New Natuaral Habitats Regulations

European Directives on the conservation of wild birds and of natural habitats have been in force since 1979 and 1992. For the most part UK government has secured implementation of those directives but there remain further requirements which have now been dealt with under two sets of regulations. Both of these came into force on 21 August 2007.

The Offshore Marine Conservation (Natural Habitats Etc) Regulations 2007 SI2007 No 1842

These provisions apply to those marine areas where the UK has jurisdiction beyond its territorial sea and cover offshore marine areas, installations and certain ships and aircraft. They make provision for:

  • Conservation of natural habitats and habitats of species, including the identification and protection of European offshore marine sites, site protection and management and the requirement for plans and projects.
  • The protection of species including specified birds and wild animals as well as plants.
  • The provision for licences to undertake activities normally banned by the regulations.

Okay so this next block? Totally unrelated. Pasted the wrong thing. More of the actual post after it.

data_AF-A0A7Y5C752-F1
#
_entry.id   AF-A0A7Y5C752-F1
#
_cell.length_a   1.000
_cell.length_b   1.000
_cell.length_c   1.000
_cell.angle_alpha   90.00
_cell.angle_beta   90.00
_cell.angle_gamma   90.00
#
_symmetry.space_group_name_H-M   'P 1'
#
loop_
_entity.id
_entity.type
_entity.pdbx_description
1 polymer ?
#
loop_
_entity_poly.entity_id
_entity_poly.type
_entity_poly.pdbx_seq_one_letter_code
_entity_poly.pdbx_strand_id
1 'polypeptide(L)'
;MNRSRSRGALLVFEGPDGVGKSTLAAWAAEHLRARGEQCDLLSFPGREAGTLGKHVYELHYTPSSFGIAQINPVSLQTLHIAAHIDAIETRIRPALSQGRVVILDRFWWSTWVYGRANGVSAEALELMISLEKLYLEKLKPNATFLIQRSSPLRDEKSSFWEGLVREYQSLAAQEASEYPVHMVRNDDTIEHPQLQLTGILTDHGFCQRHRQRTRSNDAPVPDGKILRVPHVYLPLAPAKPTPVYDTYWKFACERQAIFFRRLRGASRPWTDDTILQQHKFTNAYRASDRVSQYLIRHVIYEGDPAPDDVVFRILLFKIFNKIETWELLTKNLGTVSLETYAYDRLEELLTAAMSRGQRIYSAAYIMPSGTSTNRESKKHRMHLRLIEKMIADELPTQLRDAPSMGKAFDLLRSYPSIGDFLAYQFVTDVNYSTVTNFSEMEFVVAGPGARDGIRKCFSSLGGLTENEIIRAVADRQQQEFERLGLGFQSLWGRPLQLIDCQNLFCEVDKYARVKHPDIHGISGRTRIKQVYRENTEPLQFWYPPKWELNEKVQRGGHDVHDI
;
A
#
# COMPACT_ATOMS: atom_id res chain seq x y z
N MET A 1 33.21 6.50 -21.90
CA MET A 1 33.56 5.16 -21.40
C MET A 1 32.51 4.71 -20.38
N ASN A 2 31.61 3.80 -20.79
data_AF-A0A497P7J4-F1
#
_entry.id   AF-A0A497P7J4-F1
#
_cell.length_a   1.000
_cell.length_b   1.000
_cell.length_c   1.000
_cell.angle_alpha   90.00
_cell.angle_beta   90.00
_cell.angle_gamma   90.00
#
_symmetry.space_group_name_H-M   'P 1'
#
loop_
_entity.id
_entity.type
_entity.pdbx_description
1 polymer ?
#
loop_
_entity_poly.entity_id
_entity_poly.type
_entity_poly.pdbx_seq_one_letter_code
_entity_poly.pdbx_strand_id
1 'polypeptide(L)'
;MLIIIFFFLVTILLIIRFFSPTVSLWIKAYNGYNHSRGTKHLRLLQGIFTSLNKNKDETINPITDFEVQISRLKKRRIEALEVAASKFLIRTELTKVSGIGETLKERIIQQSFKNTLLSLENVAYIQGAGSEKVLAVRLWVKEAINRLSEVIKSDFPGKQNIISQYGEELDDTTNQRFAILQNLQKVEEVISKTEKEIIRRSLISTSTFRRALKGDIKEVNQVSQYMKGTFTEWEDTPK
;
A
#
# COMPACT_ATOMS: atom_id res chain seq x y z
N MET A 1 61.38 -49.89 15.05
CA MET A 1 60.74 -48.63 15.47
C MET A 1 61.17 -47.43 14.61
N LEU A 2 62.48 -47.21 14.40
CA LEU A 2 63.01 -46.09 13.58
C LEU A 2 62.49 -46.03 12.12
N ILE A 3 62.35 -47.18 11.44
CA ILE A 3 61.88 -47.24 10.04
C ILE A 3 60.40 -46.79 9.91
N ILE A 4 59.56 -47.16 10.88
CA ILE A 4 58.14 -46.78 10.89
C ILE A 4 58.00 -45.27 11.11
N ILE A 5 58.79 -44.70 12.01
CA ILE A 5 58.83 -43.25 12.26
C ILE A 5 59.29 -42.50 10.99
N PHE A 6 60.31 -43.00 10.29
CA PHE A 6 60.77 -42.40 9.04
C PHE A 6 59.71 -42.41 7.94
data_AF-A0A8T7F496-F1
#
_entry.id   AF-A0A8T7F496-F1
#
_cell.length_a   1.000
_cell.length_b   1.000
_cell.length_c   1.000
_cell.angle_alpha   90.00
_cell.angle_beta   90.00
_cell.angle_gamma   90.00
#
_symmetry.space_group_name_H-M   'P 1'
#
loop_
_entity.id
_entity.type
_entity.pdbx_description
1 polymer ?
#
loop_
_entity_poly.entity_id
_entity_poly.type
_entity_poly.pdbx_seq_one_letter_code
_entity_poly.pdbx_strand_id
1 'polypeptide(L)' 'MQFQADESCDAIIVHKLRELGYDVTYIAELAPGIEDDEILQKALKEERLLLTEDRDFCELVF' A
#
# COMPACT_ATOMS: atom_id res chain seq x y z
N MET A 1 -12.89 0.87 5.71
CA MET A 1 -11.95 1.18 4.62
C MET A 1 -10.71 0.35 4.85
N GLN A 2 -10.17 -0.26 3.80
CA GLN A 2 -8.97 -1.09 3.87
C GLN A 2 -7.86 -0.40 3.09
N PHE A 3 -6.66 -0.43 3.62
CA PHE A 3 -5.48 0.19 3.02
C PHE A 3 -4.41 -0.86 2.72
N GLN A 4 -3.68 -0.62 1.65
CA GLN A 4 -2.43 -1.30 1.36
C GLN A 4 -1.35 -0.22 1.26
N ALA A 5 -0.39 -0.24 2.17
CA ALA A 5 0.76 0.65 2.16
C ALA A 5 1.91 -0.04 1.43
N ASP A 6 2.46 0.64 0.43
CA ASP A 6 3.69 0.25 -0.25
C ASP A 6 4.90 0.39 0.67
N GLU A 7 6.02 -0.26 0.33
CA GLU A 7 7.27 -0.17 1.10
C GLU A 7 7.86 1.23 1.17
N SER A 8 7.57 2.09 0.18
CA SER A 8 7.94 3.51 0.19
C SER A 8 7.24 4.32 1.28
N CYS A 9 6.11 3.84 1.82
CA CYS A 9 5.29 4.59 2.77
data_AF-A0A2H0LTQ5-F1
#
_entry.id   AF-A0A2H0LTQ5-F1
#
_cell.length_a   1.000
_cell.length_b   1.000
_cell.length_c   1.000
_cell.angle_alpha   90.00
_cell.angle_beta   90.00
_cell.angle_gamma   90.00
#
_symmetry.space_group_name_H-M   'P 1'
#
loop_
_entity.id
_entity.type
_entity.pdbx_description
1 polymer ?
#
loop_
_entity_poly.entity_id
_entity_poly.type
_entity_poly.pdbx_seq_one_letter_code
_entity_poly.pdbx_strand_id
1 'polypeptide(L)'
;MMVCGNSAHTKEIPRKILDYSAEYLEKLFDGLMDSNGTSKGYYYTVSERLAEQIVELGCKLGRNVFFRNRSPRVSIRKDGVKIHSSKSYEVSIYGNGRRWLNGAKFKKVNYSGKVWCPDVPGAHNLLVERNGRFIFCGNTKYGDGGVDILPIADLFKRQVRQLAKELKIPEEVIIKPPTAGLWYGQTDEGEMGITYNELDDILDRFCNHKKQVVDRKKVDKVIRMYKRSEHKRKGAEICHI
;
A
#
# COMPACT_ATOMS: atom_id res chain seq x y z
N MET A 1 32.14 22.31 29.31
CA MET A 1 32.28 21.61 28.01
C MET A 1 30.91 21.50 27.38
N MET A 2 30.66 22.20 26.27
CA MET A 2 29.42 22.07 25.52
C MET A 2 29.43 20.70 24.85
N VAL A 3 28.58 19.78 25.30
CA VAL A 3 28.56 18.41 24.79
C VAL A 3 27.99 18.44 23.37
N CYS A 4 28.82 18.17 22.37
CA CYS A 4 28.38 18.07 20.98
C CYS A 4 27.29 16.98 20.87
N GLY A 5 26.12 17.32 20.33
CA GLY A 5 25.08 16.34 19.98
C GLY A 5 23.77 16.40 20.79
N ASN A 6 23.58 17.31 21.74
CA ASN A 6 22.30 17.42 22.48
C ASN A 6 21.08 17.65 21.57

• Provisions for enforcement, including criminal offences.

The Conservation (Natural Habitats Etc) (Amendment) Regulations 2007 SI2007 No 1843.

These regulations provide for significant amendments to the Conservation (Natural Habitats Etc) Regulations 1994.

The changes include the following:

  • National Park Authorities become responsible in relation to marine areas and European marine sites, where appropriate.
  • Specific duties are placed on the Secretary of State and Welsh Ministers in relation to surveillance of the conservation status of natural habitat types.
  • A ban on the introduction from any ship into territorial waters of any live animal or plant not native to Great Britain.
  • New enforcement provisions, particularly in relation to the disturbance of a European protected species.
  • Obligations on plan making authorities to have regard in their land use plans to any implications for any European site in Great Britain or any offshore marine site.

The content of this article is intended to provide a general guide to the subject matter. Specialist advice should be sought about your specific circumstances.